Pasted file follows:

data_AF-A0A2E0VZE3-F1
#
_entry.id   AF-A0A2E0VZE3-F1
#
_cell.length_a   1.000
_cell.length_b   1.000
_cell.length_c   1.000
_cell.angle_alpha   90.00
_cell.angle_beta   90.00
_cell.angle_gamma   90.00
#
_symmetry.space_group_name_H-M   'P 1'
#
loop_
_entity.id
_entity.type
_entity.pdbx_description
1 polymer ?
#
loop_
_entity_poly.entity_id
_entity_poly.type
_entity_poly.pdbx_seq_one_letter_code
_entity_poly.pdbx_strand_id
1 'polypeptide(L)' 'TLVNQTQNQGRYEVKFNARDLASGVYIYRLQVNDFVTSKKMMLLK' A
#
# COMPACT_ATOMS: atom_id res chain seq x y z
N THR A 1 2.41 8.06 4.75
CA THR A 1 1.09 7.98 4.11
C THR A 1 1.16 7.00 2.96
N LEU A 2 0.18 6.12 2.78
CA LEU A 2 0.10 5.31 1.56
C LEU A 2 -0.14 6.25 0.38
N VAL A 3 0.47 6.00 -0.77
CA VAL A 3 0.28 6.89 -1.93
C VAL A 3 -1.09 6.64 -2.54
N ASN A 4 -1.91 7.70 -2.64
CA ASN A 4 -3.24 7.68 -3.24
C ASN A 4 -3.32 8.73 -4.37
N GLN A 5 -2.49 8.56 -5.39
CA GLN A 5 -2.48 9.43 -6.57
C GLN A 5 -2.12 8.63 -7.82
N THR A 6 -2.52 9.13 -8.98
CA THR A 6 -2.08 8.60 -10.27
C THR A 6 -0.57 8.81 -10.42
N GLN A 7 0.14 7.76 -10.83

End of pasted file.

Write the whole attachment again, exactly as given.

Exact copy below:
data_AF-A0A2E0VZE3-F1
#
_entry.id   AF-A0A2E0VZE3-F1
#
_cell.length_a   1.000
_cell.length_b   1.000
_cell.length_c   1.000
_cell.angle_alpha   90.00
_cell.angle_beta   90.00
_cell.angle_gamma   90.00
#
_symmetry.space_group_name_H-M   'P 1'
#
loop_
_entity.id
_entity.type
_entity.pdbx_description
1 polymer ?
#
loop_
_entity_poly.entity_id
_entity_poly.type
_entity_poly.pdbx_seq_one_letter_code
_entity_poly.pdbx_strand_id
1 'polypeptide(L)' 'TLVNQTQNQGRYEVKFNARDLASGVYIYRLQVNDFVTSKKMMLLK' A
#
# COMPACT_ATOMS: atom_id res chain seq x y z
N THR A 1 2.41 8.06 4.75
CA THR A 1 1.09 7.98 4.11
C THR A 1 1.16 7.00 2.96
N LEU A 2 0.18 6.12 2.78
CA LEU A 2 0.10 5.31 1.56
C LEU A 2 -0.14 6.25 0.38
N VAL A 3 0.47 6.00 -0.77
CA VAL A 3 0.28 6.89 -1.93
C VAL A 3 -1.09 6.64 -2.54
N ASN A 4 -1.91 7.70 -2.64
CA ASN A 4 -3.24 7.68 -3.24
C ASN A 4 -3.32 8.73 -4.37
N GLN A 5 -2.49 8.56 -5.39
CA GLN A 5 -2.48 9.43 -6.57
C GLN A 5 -2.12 8.63 -7.82
N THR A 6 -2.52 9.13 -8.98
CA THR A 6 -2.08 8.60 -10.27
C THR A 6 -0.57 8.81 -10.42
N GLN A 7 0.14 7.76 -10.83